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On board early, Duke applauds White Sox makeover

Hahn discussed future moves with lefty when talking deal; multiple southpaw options a boon

CHICAGO -- Zach Duke just might have a second career in the CIA after he's done setting down opposing hitters in relief. Clearly, he has the ability to keep confidential information confidential.

When the White Sox were pursuing the veteran left-hander, who became the first of this team's eight offseason impact moves via a three-year, $15 million deal, Duke was told by general manager Rick Hahn that Hahn was committed to making the South Siders a contender in the near future. Hahn went as far as to put forth a few offseason targets in his sights.

Those particular names were spoken of by Duke only in general terms during his recent appearance at SoxFest.

Video: Reliever Zach Duke signs with the White Sox

"Well, I mean, I'm not going to say specifically who he mentioned," said Duke with a knowing smile. "He said he was targeting some things, and the ones he mentioned to me, he made it happen. He told me that he had a few things that he wanted to accomplish, and everything he told me came true.

"That was music to my ears, because there's nothing more fun than being on a winning baseball team in the summer. I appreciate his honesty and the fact that he said that we haven't been where we wanted to be but we want to get there soon."

The addition of Duke and his 2.45 ERA for the Brewers in '14 has been somewhat overshadowed by each move that followed. The addition of fellow southpaw reliever Dan Jennings and his 1.34 ERA in a trade with the Marlins at the end of the Winter Meetings also got lost in the pickups of Jeff Samardzija and David Robertson. But don't discount these two relievers in the successful presentation that could be the 2015 White Sox.

Video: Hahn on adding Jennings to new and improved bullpen

Eric Surkamp stood out as the most effective left-handed reliever for the White Sox in 2014, finishing strong with a 1.80 ERA in September after coming back from the Minors that same month and being challenged by manager Robin Ventura. The White Sox had trouble finding one season-long, consistent left-handed option, let alone two and maybe three, which they would have in '15 if Carlos Rodon breaks camp out of the bullpen or Surkamp earns a final bullpen slot.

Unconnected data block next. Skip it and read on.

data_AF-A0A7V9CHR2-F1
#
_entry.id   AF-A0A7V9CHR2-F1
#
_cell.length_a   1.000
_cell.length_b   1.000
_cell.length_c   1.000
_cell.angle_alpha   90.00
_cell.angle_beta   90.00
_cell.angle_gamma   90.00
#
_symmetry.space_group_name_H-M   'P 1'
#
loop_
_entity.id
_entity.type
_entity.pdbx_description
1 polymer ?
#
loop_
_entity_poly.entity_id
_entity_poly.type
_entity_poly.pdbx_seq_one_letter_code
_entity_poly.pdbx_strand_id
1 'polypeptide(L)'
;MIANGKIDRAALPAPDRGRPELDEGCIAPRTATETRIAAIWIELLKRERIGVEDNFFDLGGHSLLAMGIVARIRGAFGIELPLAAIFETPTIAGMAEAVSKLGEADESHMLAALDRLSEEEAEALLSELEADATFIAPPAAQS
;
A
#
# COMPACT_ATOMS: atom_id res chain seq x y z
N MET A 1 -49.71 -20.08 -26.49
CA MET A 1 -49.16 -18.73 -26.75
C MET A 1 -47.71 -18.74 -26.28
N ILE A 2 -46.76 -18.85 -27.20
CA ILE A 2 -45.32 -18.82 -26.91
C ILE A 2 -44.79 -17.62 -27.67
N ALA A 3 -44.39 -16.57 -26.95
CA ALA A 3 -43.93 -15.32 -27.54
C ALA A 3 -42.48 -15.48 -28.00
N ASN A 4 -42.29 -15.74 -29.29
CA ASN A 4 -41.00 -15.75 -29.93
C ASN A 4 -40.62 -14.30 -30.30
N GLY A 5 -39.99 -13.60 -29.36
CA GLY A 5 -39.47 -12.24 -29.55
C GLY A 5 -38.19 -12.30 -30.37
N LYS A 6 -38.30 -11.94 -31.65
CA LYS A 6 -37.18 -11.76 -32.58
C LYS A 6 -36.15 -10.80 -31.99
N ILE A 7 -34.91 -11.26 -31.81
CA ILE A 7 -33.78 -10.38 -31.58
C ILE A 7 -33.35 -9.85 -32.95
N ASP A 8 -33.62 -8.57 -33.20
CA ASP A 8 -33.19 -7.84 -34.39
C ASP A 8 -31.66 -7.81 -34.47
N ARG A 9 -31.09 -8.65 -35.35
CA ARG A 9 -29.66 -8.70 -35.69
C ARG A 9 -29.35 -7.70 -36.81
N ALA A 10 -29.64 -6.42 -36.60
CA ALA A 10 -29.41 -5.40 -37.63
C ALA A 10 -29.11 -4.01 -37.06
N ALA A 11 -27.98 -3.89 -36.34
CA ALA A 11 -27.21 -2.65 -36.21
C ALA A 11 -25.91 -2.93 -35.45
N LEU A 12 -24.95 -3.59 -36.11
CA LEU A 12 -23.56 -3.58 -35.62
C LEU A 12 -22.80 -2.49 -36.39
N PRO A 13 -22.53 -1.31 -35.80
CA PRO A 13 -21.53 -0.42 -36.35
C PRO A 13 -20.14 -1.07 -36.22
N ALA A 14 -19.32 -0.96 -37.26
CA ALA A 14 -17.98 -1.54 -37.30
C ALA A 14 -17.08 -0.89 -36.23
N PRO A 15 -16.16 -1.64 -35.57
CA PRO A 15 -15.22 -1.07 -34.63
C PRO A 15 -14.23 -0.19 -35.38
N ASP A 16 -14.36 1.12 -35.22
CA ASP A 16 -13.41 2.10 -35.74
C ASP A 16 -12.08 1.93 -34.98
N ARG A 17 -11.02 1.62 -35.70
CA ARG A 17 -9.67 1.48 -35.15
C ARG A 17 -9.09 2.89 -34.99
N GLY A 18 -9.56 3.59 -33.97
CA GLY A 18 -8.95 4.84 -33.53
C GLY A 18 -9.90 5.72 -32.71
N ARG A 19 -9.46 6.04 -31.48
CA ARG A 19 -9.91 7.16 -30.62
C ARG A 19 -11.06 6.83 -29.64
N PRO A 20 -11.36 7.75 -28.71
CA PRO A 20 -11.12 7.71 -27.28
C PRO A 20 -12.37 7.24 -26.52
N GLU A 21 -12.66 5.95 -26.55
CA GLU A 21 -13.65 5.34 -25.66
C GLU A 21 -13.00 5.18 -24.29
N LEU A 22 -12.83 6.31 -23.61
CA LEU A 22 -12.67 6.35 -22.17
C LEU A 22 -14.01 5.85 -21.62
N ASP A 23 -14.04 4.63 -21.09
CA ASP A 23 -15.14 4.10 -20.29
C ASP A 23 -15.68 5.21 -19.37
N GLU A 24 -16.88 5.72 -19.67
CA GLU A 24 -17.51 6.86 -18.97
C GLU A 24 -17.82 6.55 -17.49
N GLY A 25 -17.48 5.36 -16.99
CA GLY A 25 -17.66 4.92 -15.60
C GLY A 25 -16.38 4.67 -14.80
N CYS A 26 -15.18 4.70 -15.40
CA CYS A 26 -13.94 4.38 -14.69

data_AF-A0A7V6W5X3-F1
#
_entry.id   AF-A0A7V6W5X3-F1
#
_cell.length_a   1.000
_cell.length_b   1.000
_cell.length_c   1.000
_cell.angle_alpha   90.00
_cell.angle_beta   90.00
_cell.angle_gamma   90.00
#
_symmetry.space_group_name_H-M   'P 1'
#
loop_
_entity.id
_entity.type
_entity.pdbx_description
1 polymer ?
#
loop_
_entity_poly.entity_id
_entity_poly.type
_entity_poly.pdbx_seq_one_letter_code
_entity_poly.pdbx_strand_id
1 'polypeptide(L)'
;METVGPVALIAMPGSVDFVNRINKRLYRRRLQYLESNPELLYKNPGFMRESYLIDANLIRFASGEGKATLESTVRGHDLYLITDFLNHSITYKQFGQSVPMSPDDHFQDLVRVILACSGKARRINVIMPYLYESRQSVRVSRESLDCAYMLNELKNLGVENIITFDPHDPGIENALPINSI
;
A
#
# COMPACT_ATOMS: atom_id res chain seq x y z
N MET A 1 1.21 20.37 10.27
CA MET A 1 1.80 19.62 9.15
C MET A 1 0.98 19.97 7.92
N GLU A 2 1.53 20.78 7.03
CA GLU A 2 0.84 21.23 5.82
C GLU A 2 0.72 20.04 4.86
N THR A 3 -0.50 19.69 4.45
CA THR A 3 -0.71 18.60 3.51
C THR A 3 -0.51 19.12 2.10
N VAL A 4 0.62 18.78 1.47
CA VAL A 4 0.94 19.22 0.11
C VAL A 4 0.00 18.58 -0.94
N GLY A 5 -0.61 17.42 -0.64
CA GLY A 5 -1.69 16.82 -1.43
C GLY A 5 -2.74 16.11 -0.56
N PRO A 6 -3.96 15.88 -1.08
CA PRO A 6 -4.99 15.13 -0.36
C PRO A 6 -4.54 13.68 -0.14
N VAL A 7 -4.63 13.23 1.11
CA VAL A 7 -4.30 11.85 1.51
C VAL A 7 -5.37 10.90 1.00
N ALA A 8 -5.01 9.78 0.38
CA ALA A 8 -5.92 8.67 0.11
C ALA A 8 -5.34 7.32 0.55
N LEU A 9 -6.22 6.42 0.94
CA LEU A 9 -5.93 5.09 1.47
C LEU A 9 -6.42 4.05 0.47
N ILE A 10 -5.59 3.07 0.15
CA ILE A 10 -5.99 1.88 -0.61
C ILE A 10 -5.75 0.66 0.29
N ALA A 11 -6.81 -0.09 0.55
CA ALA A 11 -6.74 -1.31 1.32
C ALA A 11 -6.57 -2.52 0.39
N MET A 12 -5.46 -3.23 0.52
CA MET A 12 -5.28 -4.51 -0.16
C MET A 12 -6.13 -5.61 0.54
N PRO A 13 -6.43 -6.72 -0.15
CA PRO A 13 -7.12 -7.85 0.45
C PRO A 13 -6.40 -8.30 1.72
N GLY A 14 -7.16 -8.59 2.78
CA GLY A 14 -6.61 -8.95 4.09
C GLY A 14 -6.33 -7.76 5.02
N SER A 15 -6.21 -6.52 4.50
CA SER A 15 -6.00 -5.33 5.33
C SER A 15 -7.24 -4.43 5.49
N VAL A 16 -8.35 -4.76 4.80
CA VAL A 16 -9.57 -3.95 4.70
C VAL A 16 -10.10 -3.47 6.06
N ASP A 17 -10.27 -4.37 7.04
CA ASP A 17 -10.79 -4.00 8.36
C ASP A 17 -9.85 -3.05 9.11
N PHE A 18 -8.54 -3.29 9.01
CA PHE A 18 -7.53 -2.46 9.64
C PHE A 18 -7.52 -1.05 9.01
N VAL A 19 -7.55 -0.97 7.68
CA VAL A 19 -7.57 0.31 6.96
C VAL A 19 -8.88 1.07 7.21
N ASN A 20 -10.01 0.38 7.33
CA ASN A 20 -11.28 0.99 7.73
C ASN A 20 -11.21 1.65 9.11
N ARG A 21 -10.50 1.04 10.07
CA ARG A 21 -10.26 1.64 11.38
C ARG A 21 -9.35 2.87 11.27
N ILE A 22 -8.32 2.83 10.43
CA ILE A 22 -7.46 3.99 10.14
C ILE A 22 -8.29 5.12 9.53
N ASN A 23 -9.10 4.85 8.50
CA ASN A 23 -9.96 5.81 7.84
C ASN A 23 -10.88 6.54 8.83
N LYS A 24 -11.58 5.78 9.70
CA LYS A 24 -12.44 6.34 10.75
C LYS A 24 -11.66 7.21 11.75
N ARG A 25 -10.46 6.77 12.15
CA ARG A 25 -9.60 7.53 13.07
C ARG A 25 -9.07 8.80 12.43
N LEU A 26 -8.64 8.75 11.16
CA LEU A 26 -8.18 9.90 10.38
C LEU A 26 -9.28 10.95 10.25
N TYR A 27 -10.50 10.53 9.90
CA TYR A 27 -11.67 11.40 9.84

Video: Rodon on his pitching arsenal, expectations for 2015

"Most managers will tell you if you have one lefty, it's almost like you don't have any," Duke said. "But if you have two, you are not afraid to throw any of them out there because you know you have another one still available. It's a good situation to have more than one, especially if both are quality."

Duke brings along high clubhouse character -- much like the other new players -- that already has been noticed by existing White Sox teammates. He readily admits not being able to turn down what the White Sox offered, but knowing the team will be competitive becomes an added bonus.

Actually, Duke had a feeling the turnaround was planned for this season before anyone else outside the organization.

"A lot of things are won and lost out in the bullpen, and we've done so much to make the bullpen better," Duke said. "It's a good vibe we've got going on already here. Everybody seems to be on the same page for winning. We have a chance."

Scott Merkin is a reporter for Read his blog, Merk's Works, and follow him on Twitter @scottmerkin.
Read More: Chicago White Sox, Zach Duke